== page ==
This week i get a little break from being a d-mom. I get to sleep through the night and show my other 2 children that the world doesn't always revolve around diabetes. Of course I'll miss him, and I'll worry, even though I know he's safe. But that is really the best thing about diabetes camp, and the thing that a d-parent, and every parent, prays for each and every day - to know that your child is safe.

For more information about Camp Kakhamela visit:

Friday 15 July 2011

Reflections on Fundraising and the TEAM DYLAN Pub Night

Fundraising. To many it's a nuisance, and for some it's not even a consideration. But for those of us affected by diabetes, or any other disease, it's really a necessity. Why? Because I believe that I cure is out there, we just haven't found it yet. And as long as to continue to hope that a cure for type-1 diabetes will be found, I will continue to fundraise to support the cost of the research required to find that cure.

Over the almost 6 years since my son was diagnosed with diabetes, I have raised, along with the tremendous help and support of friends and family, just under $50,000 for JDRF and diabetes research. At first, it seemed easy to raise money, but as time has gone on, it has become more and more difficult and I find myself asking why. More competition? Maybe. Burnout from some of my donors? Perhaps. Less effort from me? Possibly. Repetitive ideas? Likely.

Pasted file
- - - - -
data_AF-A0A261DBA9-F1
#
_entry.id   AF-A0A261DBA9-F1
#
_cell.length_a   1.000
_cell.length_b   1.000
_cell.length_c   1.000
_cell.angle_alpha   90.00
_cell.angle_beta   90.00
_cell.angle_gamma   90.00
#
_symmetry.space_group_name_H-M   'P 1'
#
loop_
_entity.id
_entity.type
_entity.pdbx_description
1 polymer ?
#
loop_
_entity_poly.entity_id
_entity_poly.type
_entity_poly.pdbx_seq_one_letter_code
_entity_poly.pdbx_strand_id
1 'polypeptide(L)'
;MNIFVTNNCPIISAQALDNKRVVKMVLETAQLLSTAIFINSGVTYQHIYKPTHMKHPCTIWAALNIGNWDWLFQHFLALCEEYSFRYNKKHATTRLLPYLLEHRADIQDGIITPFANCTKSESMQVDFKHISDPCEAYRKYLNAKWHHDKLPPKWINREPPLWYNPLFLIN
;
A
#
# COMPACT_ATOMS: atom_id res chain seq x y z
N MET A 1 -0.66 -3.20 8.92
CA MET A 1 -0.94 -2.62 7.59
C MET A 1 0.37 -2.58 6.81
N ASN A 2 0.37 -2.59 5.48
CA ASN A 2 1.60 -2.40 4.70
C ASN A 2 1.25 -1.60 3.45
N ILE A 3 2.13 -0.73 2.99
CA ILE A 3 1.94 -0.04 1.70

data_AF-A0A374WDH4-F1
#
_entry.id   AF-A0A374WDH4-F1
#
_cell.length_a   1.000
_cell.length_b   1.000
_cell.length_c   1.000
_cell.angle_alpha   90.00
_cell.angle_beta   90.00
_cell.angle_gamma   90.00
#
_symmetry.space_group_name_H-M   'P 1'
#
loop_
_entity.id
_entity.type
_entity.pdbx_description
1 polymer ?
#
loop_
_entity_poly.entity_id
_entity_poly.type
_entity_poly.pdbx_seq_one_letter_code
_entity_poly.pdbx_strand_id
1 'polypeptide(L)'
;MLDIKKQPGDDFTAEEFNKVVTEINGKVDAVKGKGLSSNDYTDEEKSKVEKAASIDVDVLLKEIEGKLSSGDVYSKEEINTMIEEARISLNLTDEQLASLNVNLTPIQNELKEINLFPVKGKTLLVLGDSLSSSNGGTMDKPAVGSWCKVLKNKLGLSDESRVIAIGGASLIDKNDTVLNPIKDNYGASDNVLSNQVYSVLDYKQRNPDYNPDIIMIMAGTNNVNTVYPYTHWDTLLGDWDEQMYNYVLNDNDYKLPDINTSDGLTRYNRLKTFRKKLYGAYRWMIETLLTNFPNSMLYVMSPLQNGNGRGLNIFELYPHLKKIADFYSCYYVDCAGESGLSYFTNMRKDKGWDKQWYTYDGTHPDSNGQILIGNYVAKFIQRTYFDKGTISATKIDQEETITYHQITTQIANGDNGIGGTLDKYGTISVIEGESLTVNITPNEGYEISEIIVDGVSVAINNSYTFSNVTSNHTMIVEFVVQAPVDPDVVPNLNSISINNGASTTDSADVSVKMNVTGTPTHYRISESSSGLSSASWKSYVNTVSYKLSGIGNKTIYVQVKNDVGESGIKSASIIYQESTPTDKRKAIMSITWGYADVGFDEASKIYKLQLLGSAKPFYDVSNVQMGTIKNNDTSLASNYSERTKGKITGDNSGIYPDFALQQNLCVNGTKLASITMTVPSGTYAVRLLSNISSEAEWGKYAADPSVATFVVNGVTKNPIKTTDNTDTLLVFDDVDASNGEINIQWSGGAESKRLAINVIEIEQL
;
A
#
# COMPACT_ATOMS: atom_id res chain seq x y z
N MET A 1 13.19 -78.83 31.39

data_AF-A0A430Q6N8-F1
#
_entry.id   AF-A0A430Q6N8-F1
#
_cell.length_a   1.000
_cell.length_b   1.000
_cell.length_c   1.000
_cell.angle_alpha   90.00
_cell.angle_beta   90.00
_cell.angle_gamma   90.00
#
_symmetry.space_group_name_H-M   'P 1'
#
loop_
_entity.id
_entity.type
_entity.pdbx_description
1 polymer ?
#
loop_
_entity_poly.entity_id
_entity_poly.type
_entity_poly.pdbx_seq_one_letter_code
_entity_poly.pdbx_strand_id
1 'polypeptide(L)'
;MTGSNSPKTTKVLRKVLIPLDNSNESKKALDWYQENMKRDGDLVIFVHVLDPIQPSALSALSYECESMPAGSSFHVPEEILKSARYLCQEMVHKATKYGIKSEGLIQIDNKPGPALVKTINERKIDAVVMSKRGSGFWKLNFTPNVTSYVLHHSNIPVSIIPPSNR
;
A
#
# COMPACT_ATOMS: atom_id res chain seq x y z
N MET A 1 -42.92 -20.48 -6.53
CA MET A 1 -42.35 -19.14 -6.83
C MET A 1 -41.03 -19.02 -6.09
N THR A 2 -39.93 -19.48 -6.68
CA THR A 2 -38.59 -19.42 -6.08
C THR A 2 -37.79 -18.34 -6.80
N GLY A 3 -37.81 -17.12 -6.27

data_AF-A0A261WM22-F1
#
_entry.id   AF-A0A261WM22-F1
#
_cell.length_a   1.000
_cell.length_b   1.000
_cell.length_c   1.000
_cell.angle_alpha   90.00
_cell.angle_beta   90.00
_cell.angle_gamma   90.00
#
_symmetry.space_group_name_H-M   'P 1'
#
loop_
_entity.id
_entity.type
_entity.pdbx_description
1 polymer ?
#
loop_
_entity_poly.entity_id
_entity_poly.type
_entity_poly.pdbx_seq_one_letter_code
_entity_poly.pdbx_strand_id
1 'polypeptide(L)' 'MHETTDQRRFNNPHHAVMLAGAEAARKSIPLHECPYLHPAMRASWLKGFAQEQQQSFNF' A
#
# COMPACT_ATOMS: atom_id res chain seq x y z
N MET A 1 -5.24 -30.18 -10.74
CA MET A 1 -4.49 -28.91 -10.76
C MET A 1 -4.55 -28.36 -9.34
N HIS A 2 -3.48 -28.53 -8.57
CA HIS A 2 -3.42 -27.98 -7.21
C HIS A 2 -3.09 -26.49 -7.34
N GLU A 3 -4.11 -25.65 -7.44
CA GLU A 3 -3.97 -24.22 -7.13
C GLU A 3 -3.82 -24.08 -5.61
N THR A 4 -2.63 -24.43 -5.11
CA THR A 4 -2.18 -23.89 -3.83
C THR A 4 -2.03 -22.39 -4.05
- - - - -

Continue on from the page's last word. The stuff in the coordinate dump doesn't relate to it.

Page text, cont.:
Last Saturday, July 9th, TEAM DYLAN hosted their third annual pub night to raise funds and awareness for Type-1 Diabetes research. When we hosted the first one in 2009, it was a massive success. The pub was standing room only and we could barely keep up with the demand for balloons, 50/50 tickets and auction bids. Not a bad problem to have. Year 1's pub night raised just over $6500 during the 3 hour event. Last year there were less guests, and slightly lower valued items in the Silent Auction, but we still raised $3500. This year, our guests dwindled substantially and the end result was $1800 (which is actually pretty darn awesome considering how many people were there!!)

So why the change, I keep asking myself? Timing, yes. Year 1 was in April, year 2 in May, year 3 in July, and in Vancouver, that's a big difference weather wise. For last weekend's event, it was a stunningly beautiful day. The first hot and sunny Saturday of the year in fact. The other problem, I think, is the repetitiveness of the event; maybe people are getting bored of doing the same thing 3 years in a row. So definitely for 2012 I will take a break on the pub night idea and maybe I'll try something else instead.